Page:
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The Impact of FATCA on Non-Financial Services Industry

Global financial services industry


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Overview

The Foreign Account Tax Compliance Act (“FATCA”) is a U.S. tax law that has created one of the most extensive and complex tax information reporting regimes the world has seen. FATCA, and the Regulations issued by the U.S. Treasury pursuant to FATCA, have a global reach and impact virtually all multi-national organizations operating across every industry. FATCA’s core objective is to address perceived abuses by U.S. taxpayers with respect to their offshore accounts and indirect investment income through non-U.S. entities. The regulations impact not only financial institutions but also non-financial companies that make U.S. source “withholdable payments” to non-U.S. entities. Furthermore, the regulations impose significant compliance burdens on payors making such cross-border payments and liability for any under withholding.

The reach of FATCA will require nearly every business with an international footprint or conducting business outside the U.S. to confront new compliance realities. Though the obvious impact of the new FATCA regime will be on businesses in the financial services industry, multinational non-financial services companies that are impacted will also be required to implement U.S. tax documentation, due diligence, reporting, and withholding processes among other FATCA requirements. The risk of non-compliance could be costly. The phase-in of FATCA withholding begins on July 1, 2014 and could result in the application of FATCA withholding on certain U.S. source income, extending to certain gross proceeds in 2017.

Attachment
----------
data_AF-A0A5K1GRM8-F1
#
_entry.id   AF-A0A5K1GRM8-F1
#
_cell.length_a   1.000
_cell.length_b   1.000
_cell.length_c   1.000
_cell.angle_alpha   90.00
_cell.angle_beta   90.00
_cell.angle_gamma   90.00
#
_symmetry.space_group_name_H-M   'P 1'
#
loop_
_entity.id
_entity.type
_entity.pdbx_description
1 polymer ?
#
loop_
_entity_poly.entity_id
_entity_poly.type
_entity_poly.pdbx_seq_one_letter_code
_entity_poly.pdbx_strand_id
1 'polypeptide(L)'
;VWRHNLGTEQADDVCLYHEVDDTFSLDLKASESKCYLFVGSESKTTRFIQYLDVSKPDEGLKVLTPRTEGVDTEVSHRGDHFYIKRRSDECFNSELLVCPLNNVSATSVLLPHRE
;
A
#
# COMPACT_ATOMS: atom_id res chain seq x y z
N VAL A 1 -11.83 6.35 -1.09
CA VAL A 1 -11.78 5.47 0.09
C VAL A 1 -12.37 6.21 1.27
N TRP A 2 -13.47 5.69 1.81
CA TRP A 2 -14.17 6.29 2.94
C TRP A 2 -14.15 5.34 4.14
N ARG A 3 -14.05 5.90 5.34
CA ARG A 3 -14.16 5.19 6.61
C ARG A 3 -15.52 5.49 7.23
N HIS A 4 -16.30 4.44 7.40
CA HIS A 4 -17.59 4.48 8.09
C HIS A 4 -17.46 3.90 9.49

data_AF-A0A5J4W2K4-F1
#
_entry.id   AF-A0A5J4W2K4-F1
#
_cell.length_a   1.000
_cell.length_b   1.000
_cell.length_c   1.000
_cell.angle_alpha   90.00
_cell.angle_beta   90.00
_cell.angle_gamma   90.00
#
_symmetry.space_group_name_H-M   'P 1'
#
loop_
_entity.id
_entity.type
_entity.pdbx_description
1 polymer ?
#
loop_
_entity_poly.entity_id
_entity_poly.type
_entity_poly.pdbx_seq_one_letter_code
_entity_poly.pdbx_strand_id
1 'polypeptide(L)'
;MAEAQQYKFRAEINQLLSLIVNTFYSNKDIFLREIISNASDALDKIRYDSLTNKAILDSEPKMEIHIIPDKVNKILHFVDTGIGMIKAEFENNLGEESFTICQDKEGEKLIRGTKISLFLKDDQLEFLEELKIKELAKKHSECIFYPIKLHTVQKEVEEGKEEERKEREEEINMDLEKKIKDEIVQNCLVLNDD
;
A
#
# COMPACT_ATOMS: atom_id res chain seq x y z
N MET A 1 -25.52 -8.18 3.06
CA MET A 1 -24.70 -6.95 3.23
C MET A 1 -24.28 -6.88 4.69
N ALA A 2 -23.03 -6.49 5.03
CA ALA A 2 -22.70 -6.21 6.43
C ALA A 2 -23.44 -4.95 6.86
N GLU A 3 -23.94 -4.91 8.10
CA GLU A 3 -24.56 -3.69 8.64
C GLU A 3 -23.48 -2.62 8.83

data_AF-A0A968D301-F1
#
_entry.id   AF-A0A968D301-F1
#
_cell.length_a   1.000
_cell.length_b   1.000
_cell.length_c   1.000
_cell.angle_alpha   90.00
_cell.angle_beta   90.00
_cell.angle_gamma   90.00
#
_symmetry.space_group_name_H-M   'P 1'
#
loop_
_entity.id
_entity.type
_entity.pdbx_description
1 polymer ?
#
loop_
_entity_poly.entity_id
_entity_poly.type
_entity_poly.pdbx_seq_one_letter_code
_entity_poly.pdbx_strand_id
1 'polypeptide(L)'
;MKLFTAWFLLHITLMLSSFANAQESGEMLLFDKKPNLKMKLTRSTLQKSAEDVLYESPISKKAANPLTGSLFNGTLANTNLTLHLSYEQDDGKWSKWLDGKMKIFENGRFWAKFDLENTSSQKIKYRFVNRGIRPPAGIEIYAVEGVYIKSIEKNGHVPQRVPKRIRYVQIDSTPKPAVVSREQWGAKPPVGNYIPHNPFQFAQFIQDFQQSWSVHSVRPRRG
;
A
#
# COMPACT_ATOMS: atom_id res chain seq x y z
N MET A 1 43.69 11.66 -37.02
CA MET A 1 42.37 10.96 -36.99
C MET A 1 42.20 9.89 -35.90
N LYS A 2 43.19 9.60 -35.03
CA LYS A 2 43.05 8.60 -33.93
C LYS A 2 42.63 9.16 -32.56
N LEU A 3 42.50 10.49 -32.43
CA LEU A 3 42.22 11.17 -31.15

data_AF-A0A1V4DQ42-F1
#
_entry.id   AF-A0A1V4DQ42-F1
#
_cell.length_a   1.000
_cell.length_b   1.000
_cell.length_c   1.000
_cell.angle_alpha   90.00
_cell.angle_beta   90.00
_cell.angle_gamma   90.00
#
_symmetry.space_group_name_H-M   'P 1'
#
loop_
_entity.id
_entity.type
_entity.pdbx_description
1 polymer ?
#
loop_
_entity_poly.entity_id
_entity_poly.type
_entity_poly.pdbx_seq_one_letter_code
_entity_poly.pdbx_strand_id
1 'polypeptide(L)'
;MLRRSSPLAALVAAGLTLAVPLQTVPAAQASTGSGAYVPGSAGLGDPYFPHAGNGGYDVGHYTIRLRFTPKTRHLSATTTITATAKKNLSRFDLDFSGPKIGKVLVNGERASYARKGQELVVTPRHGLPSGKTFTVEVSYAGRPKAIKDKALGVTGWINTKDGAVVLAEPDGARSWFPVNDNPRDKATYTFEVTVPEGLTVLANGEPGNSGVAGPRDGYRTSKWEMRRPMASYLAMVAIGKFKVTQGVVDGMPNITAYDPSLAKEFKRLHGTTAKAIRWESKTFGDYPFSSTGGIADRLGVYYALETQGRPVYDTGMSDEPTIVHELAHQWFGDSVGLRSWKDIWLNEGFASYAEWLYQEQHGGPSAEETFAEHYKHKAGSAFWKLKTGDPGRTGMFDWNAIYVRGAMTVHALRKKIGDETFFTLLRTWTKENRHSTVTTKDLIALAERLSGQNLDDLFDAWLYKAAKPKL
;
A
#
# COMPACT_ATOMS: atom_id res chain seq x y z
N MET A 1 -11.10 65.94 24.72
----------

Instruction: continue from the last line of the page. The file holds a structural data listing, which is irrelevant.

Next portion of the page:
The FATCA withholding tax will be imposed in a similar manner to the existing withholding tax on U.S. source income under Chapter 3 (sections 1441 and 1442) of the Internal Revenue Code by requiring payors (or withholding agents) of U.S. sourced income and gross proceeds to withhold 30% on payments to non-U.S. entities that do not certify their compliance with FATCA or disclose their substantial owners. However, FATCA withholding which is applied before any Chapter 3 withholding, does not allow tax treaty based exemptions or other reductions of the withholding tax rate. To avoid the tax, Foreign Financial Institutions (“FFIs”) must generally enter into an FFI agreement with the IRS to share the identities of U.S. account and asset holders or, if subject to a model 1 intergovernmental agreement (“IGA”), register with the IRS as a reporting model 1 IGA FFI. The IGAs are agreements between the U.S. and foreign jurisdictions to implement FATCA compliance. FFIs that register with the IRS will obtain a Global Intermediary Identification Number (GIIN) to identify themselves as FATCA compliant to other withholding agents. Other affected nonfinancial foreign entities seeking to avoid the tax will be required to provide appropriate information to the withholding agents relating to any of their substantial U.S. owners or certify to a particular excepted status.